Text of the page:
Building brain power

LEARNING: Whyalla Men's Shed members Tony Shaw (left) and John Visi (right) with UniSA Occupational Therapy students Alice Brummitt and Molly McCarroll.
LEARNING: Whyalla Men's Shed members Tony Shaw (left) and John Visi (right) with UniSA Occupational Therapy students Alice Brummitt and Molly McCarroll.

Occupational Therapy students have been challenging members of the Whyalla Men's Shed to use their brain as part of a nine-week program.

University of South Australia students Alice Brummitt and Molly McCarroll have put together riddles and puzzles for members to solve each week.

"As you get older you get more forgetful, so the activities we've been trying so far are aimed at getting members to maintain their thinking skills," Alice said.

"In a group setting the men are competitive against one another so we make that aspect of the shed culture part of the tasks."

The students have focused on making the activities as diverse as possible to cater to the different backgrounds of the members.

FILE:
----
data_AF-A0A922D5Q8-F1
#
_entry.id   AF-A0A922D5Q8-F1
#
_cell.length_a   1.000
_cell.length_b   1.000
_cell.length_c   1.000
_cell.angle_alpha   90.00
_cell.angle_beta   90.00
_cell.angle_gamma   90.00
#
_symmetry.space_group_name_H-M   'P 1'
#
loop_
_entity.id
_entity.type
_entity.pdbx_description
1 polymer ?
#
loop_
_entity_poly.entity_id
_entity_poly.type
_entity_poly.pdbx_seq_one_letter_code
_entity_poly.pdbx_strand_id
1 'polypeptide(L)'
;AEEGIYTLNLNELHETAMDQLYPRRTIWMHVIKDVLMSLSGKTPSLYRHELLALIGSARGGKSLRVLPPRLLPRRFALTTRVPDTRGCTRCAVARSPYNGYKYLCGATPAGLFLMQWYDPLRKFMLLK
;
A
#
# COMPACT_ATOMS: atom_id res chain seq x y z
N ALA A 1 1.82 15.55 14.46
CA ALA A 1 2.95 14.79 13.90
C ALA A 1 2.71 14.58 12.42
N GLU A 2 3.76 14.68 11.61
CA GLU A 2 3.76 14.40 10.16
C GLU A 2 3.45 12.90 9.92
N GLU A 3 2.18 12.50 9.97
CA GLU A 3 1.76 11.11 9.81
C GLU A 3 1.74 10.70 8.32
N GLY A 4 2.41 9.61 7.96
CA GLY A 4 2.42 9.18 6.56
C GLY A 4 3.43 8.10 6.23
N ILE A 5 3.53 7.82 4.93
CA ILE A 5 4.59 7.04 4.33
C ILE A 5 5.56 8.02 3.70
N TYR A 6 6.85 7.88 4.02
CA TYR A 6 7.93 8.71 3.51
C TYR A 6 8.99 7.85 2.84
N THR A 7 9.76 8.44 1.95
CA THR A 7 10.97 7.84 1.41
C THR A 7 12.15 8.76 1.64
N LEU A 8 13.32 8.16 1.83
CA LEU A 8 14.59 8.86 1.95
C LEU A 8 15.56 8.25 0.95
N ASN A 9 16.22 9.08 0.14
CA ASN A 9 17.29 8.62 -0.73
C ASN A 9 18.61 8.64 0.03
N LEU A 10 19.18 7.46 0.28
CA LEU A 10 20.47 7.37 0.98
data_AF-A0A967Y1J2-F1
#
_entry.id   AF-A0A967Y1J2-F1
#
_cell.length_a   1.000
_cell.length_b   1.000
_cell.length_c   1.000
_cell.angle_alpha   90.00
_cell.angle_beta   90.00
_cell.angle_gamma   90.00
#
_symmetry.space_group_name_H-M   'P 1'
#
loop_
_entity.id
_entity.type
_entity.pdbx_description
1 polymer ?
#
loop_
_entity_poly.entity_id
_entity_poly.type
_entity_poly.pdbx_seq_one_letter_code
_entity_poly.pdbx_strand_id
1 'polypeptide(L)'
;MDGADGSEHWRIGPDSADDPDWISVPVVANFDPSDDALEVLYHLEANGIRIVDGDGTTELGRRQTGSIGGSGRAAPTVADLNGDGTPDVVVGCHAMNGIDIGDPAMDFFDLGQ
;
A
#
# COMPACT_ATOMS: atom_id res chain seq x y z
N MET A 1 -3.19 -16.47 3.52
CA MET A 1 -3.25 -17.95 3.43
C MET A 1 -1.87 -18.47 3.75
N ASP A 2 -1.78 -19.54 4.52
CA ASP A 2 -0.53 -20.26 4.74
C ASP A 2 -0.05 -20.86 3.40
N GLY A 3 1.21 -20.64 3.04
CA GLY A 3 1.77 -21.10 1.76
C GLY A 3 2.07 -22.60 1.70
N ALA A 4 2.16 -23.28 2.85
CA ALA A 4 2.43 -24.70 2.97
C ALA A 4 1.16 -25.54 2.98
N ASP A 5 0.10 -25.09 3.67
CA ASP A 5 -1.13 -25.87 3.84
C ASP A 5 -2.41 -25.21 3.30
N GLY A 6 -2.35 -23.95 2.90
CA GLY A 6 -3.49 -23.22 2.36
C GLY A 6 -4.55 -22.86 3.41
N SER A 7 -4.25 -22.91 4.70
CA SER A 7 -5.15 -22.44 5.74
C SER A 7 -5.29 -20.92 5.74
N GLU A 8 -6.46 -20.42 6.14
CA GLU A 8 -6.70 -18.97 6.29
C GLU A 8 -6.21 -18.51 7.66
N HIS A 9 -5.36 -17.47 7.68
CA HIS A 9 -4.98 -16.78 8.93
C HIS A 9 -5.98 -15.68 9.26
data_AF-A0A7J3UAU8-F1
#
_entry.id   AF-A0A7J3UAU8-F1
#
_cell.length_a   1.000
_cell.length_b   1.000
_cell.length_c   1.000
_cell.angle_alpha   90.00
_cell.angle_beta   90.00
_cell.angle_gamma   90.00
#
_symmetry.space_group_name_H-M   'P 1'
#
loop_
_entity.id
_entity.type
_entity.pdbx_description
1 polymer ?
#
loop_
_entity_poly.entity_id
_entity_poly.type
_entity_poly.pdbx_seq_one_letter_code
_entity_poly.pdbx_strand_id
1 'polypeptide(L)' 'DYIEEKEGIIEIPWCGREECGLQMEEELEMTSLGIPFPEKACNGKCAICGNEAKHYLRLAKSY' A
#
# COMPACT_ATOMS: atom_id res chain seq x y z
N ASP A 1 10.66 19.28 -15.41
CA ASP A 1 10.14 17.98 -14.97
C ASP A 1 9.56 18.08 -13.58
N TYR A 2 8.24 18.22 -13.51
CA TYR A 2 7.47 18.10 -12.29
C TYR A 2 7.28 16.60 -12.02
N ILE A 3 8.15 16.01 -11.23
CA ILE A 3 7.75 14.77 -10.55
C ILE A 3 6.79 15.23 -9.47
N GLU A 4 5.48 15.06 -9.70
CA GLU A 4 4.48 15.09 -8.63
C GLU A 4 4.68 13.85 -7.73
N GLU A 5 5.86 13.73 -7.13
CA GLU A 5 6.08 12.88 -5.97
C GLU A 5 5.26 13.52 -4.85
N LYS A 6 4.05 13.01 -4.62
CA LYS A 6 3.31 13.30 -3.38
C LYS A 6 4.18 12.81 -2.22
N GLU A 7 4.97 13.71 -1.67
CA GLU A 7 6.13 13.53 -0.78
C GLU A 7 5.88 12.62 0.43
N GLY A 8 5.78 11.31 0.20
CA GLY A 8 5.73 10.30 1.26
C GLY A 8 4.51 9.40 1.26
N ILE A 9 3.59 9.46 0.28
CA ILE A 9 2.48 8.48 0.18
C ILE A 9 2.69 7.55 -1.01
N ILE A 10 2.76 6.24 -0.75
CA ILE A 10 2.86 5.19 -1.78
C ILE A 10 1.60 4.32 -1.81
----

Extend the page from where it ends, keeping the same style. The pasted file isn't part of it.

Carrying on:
"We're trying to make sure we cater for all those needs so everyone can be involved," Molly said.

The key challenge for Alice and Molly will be to create a sustainable program that will continue at the shed once they have moved on.

"Sustainability is one of the main outcomes we're looking for, but also finding activities that the guys are interested in and that are challenging for them," Molly said.

"If people who want to join the shed see there are other activities on offer, that it's not just all about woodwork, it might give them another reason to join."

Men's Shed member Brian Marshall said four lots of Occupation Therapy students had done placements at the shed, with positive results.

"We believe this is quite good for both us and the students because they get the opportunity to see what happens in regional areas and we get to have their company for nine weeks," he said.